Until Sasa authors his own matching preamp in 2011, I feel faced with needing a superior passive to really hear my new Kaivalyas at their very best. With a deliberately low 3V input sensitivity on them, my hi-gain 5.45V max Weiss DAC2 already is the perfect source. How about creature features of remote control, fine 1dB steps, balance control and input switching?

Canvassing the net shows numerous transformer volume controls, autoformer volume controls, standard resistive solutions and variable resistors set by the light intensity of a diode. The perhaps most extreme acknowledgement for how resistive passives don't like long output cables is manifested in TweakAudio's $350 Ultimate Attenuators [above]. Dual mono, those devices ride RCA or XLR connectors which jack directly into the amp. Forget convenience of course.

Daniel Weiss' newer ATT 202 remote-controlled passive looks very appealing but is currently under revision to incorporate automatic impedance matching [his clutch-driven custom volume control is shown at left].

I'd already owned the Music First Audio Passive Magnetic whose all-out remote version is very pricey. Ditto for the SMc Audio. The Promitheus Audio from Malaysia lacks remote. The forthcoming Audience Wavemaster does have it but is projected to sell for around $12.000. The design itself is apparently based on John Chapman's OEM Slageformers, 61-tap autoformers packaged very compact [right] to avoid the rat's nest in my former MFA.

To not compete with his OEMs, Chapman has righteously discontinued manufacture of his own turnkey Tap-X preamp. That incorporated similar relay-switched AVC modules to what Audience will use. Incidentally those multi-tapped autoformers were co-developed with expert winder Dave Slagle when Music First cancelled their former licensing agreement with Bent Audio for their popular TVC modules. (Audience supplies special OHNO wiring for their autoformers and Dave Slagle optimized his winding geometry to suit the new wire. There's also a custom buffer stage designed by Roger Sheker, costly WBT NextGen connectors, a headphone output and more.)

Still in the colonies, the Sonic Euphoria is no more while Placette Audio's $1.595 remote-controlled passive with Vishay resistors is very much kicking and offering a very stout 125 steps. Nelson Pass has a basic buffered resistive passive in his FirstWatt stable. Ed Schilling from The Horn Shoppe sells his photo-cell, not optocoupler The Truth preamp. The Magnequest collaboration with Steve Eddy might be in production by now. The AVTAC Pasiphae has all possible bells and whistles and a price tag to match. Going East to Serbia, Dragan Solaja's SA-TVC-1 comes with remote control but his relay-switched transformer secondaries offer only 24 steps. Farther East there's Opera/Consonance with their TVC and DIY Hifi Supply with their Django. And there surely are lots more. This isn't a comprehensive survey of the breed's present offerings by any stretch. It's merely a reflection on current goings-on in Casa Chardonne. Those were precipitated by remembering, in the actual listening seat, just how fabulously purist valve amps get along with passive volume controllers. Passives clearly aren't for everyone nor for all systems. But for tube amps whose interaction with properly matched speakers is so locked as to not want any alterations—just an invisible means to control volume—they can be especially attractive. Time will tell what I end up with for these very particular purposes...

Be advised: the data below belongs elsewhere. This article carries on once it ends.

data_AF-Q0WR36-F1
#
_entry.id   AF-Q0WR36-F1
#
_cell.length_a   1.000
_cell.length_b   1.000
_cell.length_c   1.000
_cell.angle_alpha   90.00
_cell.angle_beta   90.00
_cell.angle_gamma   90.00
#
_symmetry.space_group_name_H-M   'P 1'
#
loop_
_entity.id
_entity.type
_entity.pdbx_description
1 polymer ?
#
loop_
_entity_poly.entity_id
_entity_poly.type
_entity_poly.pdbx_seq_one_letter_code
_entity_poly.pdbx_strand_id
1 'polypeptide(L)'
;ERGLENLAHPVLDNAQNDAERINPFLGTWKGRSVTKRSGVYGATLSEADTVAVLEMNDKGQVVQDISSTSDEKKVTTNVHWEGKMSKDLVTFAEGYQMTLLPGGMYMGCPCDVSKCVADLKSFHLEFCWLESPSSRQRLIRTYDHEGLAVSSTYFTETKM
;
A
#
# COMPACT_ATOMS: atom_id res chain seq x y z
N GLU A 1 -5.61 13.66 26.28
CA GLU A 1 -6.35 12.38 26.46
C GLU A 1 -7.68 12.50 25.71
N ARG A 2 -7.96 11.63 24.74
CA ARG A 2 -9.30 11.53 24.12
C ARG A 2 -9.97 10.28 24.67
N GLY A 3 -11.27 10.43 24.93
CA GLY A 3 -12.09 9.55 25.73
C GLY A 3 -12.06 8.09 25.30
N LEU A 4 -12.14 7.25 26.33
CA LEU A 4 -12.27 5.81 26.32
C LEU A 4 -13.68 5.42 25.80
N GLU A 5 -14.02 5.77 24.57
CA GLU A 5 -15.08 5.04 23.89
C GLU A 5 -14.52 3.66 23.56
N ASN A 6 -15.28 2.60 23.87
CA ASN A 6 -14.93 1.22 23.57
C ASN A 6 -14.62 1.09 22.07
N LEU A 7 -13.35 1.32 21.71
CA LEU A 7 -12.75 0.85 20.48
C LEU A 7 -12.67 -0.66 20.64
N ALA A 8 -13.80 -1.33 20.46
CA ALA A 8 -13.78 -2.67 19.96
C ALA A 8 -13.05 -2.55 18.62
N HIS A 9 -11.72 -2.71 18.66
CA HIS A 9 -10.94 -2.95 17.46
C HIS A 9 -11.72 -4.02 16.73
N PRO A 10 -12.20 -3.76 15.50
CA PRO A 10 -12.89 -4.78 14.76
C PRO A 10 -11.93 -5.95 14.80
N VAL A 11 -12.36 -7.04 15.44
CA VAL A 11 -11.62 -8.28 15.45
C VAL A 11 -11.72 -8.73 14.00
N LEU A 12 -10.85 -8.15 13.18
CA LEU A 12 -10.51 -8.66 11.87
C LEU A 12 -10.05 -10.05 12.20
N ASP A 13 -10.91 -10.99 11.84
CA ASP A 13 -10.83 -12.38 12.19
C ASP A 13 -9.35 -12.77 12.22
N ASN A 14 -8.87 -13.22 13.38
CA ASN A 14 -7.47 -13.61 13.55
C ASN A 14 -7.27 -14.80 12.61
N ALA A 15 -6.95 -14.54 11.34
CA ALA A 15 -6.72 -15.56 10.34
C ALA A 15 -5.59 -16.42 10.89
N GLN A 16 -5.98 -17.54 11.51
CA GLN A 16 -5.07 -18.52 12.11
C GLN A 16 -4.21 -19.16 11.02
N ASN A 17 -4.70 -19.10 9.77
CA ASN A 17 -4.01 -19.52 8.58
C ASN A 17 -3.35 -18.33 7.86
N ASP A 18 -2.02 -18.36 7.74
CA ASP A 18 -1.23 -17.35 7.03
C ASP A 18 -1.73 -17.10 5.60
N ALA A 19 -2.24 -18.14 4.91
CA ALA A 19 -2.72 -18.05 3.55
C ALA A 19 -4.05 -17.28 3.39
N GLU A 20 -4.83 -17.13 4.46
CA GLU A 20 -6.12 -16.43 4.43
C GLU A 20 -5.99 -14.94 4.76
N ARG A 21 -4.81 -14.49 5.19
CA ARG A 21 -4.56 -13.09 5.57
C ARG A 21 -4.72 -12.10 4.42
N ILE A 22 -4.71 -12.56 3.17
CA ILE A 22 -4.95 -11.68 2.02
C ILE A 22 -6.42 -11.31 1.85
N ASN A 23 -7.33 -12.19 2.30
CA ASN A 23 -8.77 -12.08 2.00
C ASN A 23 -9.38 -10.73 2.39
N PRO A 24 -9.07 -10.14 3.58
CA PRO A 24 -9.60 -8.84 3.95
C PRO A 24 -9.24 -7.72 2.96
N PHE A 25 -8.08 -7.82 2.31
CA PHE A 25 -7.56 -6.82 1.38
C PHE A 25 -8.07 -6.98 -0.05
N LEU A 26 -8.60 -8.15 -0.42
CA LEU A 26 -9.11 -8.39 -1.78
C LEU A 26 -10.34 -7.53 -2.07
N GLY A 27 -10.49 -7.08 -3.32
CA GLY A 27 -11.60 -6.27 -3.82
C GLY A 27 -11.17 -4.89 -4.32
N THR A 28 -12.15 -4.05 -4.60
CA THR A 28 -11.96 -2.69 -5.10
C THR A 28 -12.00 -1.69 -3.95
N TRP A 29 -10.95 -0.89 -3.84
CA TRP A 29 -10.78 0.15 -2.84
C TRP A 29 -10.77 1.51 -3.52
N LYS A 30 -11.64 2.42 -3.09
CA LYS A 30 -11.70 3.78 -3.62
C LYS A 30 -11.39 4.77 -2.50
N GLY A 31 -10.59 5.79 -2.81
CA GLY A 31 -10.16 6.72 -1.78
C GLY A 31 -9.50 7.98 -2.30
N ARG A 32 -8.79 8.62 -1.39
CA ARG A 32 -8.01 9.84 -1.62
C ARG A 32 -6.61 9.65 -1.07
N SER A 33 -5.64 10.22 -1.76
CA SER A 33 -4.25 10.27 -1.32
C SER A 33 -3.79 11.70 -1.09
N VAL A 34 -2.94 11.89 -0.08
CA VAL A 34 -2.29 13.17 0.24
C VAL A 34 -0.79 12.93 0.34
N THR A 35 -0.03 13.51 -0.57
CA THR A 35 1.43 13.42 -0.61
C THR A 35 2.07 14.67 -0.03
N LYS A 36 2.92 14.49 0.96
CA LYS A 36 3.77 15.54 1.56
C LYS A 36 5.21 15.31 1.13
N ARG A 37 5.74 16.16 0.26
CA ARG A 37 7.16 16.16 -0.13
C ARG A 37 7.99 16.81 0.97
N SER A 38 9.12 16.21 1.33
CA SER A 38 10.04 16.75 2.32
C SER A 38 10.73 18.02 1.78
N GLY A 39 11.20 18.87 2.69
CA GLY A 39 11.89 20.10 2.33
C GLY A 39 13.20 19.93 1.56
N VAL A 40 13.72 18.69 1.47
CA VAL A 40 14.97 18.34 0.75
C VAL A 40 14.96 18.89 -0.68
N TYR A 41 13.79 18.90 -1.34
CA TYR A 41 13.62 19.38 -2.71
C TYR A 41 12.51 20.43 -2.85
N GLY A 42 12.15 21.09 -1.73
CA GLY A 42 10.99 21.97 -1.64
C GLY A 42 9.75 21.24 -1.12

PS: Swiss reader Walter Stähli reminded me of two others I'd forgotten and two more I'd never heard of before: Two 48-step attenuators from Khozmo for $189; a 41-step unit from Acoustic Dimension for €200; the STA-522 TVC unit from Thailand's Silk Transformers; and the $2.500 Magnetic Enigma preamp from Stereoknight.